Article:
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  • Writer's pictureMAREJ

Kennedy takes the reins as NAIOP NJ CEO


NEW BRUNSWICK, NJ — Dan Kennedy has assumed the role of CEO at NAIOP NJ. The launch of Kennedy’s formal tenure as head of this commercial real estate development trade association followed a six-week transition period working in tandem with outgoing CEO Michael McGuinness.

In partnership with the association’s BOD and officers, Kennedy will guide the future growth of NAIOP’s Garden State chapter – currently 850+ members strong – and implement its mission. “As a result of Mike’s efforts, the chapter has long supported the evolving interests of our members and served as an advocate for positive change in New Jersey,” said Kennedy. “I am honored to be working with our staff, members and leadership to make this strong organization even stronger.”

Kennedy is an accomplished leader who brings an extensive background in association management, public affairs and government relations, strategic planning, coalition building, and policy. Prior to joining NAIOP NJ, he was senior director/director of Environmental and Utility Operations for the Utility and Transportation Contractors Association of New Jersey. He previously served as a senior official in New Jersey State government. He holds a master’s degree in City and Regional Planning from the Rutgers Edward J. Bloustein School of Planning and Public Policy, and a New Jersey Professional Planner license.

A lifelong New Jersey resident, Kennedy has devoted his career to promoting smart growth in the state. “One of the things that attracted me to this opportunity is NAIOP NJ’s balanced approach to development and ensuring that the buildings we work and live in meet the challenges of the future,” he said. “I look forward to working with elected officials, commercial real estate stakeholders and like-minded industry associations across many sectors to keep advancing those objectives.”

Thoughtful Planning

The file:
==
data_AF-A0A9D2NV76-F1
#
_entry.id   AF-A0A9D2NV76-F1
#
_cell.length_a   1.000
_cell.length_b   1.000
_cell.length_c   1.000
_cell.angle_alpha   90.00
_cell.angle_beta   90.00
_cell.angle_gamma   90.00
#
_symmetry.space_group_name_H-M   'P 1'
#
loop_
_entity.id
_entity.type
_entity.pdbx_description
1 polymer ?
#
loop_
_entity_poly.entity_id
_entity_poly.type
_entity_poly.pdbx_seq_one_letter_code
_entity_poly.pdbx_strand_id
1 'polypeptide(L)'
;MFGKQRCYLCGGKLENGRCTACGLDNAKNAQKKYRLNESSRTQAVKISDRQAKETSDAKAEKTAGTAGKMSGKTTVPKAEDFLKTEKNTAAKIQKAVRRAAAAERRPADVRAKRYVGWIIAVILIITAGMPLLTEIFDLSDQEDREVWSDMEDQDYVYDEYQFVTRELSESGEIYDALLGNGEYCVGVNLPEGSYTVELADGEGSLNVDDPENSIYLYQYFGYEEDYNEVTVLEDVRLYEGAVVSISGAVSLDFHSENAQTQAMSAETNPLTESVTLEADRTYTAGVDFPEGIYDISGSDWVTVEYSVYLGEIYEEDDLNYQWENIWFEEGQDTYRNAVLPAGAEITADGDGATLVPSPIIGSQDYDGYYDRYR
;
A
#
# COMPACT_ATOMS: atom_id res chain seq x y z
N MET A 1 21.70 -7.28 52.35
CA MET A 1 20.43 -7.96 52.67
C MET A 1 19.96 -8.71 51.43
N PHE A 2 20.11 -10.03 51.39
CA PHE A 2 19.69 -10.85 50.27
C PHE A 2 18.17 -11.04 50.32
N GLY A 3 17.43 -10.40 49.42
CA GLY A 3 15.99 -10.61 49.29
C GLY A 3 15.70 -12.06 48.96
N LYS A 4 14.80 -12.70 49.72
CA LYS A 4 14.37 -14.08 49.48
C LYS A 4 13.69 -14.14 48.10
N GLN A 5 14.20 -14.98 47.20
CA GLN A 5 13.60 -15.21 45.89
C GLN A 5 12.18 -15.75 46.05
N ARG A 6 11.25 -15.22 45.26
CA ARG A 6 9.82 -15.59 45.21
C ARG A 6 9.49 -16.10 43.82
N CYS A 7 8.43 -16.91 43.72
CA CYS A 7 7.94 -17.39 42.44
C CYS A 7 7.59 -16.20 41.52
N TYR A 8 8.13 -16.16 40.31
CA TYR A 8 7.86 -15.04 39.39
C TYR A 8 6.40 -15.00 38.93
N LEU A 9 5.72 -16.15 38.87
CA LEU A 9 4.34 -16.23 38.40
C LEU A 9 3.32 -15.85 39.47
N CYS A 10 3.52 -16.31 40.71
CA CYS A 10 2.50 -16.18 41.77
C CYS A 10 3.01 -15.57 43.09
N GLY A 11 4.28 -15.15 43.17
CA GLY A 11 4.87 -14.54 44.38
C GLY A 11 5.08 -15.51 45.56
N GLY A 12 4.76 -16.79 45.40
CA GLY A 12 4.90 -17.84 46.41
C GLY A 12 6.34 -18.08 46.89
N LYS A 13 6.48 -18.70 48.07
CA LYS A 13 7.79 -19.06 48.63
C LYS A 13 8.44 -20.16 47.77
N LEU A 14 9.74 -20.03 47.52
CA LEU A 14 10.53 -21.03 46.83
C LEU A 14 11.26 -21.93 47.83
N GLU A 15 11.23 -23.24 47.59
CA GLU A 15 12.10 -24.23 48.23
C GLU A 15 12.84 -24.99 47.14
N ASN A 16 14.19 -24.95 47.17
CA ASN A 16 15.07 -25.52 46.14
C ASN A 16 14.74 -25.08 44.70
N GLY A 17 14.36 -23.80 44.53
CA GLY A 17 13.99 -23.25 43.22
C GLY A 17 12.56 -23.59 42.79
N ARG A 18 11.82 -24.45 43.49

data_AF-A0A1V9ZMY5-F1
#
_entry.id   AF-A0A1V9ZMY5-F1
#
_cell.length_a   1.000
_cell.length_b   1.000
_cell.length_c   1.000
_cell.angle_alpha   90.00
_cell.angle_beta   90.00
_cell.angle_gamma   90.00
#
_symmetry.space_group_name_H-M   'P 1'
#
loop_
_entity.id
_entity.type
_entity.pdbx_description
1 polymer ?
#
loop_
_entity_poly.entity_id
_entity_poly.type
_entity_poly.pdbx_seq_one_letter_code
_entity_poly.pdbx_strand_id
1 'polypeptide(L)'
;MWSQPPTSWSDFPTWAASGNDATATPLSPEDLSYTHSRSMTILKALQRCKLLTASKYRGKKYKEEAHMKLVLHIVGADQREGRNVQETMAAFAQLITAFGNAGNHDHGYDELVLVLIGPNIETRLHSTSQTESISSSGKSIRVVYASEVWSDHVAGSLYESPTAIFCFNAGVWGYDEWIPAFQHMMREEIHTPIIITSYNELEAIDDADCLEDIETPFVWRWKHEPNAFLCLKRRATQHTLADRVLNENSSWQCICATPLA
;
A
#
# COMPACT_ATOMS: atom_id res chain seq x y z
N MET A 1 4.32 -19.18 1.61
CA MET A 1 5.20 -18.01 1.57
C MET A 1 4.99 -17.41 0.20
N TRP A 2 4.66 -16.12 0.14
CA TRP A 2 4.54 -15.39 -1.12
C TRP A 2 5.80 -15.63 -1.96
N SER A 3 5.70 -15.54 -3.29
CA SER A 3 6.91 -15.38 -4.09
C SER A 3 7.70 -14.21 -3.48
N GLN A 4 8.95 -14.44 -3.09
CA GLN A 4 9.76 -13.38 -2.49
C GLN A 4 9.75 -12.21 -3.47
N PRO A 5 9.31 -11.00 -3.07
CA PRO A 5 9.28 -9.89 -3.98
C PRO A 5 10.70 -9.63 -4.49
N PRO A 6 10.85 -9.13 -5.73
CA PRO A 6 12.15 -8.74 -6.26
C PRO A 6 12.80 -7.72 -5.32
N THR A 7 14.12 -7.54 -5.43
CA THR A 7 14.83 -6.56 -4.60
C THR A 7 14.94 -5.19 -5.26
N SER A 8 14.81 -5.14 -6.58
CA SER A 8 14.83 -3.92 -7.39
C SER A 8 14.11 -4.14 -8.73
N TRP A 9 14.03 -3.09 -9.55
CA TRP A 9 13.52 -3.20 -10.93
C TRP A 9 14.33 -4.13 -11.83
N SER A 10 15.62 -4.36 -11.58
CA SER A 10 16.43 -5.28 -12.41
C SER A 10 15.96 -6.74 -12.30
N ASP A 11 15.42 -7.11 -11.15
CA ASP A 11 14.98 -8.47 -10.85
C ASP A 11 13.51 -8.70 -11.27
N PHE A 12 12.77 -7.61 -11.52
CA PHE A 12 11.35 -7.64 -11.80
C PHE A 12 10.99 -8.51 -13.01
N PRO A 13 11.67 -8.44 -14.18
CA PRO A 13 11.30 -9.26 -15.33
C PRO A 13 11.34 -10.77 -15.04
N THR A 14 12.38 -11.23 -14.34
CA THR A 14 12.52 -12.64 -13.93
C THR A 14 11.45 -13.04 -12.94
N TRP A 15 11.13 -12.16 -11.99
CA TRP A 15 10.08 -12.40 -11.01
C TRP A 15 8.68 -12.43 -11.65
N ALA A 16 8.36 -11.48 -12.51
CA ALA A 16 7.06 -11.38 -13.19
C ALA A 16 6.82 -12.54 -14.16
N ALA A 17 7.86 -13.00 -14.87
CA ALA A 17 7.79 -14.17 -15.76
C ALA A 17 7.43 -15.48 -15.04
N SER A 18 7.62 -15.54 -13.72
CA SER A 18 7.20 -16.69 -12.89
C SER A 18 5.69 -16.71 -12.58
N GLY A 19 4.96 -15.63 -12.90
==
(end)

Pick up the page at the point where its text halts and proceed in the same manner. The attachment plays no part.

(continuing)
For The Future

Among Kennedy’s top priorities during the first months of his tenure is to initiate a thoughtful planning process that will lead to a multi-year, action-focused strategic plan. “We will be evaluating ways we can build value for our members and ensure a future where the association continues to grow and prosper” he said. “This plan will guide us in building on NAIOP NJ’s solid foundation in areas ranging from public policy to programming, while continuing to meet the standard of excellence our members expect – without missing a beat.”

Kennedy noted the chapter’s connection with the NAIOP corporate team is an invaluable part of doing just that. “Being a member in New Jersey includes access to all of the benefits the national organization has to offer,” he said. “There is a tremendous amount of research, education and training that we can tap into as we strive to help our members make the most of being part of our association.”

With an eye to the future, Kennedy emphasized the importance of providing the next generation of CRE leadership with the skills and mentorship needed for success. “Staffing issues are not getting any easier, and it is essential that industry professionals engage with each other and New Jersey’s institutions of higher education to invest in workforce development,” he said. “We need to attract young people who are passionate about building their commercial real estate careers. And we need to help them leverage programs, like NAIOP’s Developing Leaders, that provide tools, networking and resources to foster their growth.”

Founded in 1970, NAIOP NJ is a leading chapter of NAIOP, a national trade association for commercial real estate developers, owners, investors, asset managers and other industry professionals. The New Jersey chapter’s members benefit from robust business and networking opportunities, education and professional development programs, and strong legislative and public affairs representation. NAIOP NJ invests significant resources to ensure that sound laws and regulations govern the commercial real estate industry, and to support sustainable policies that bolster the economy, promote urban redevelopment and rebuild the state’s aging transportation infrastructure.

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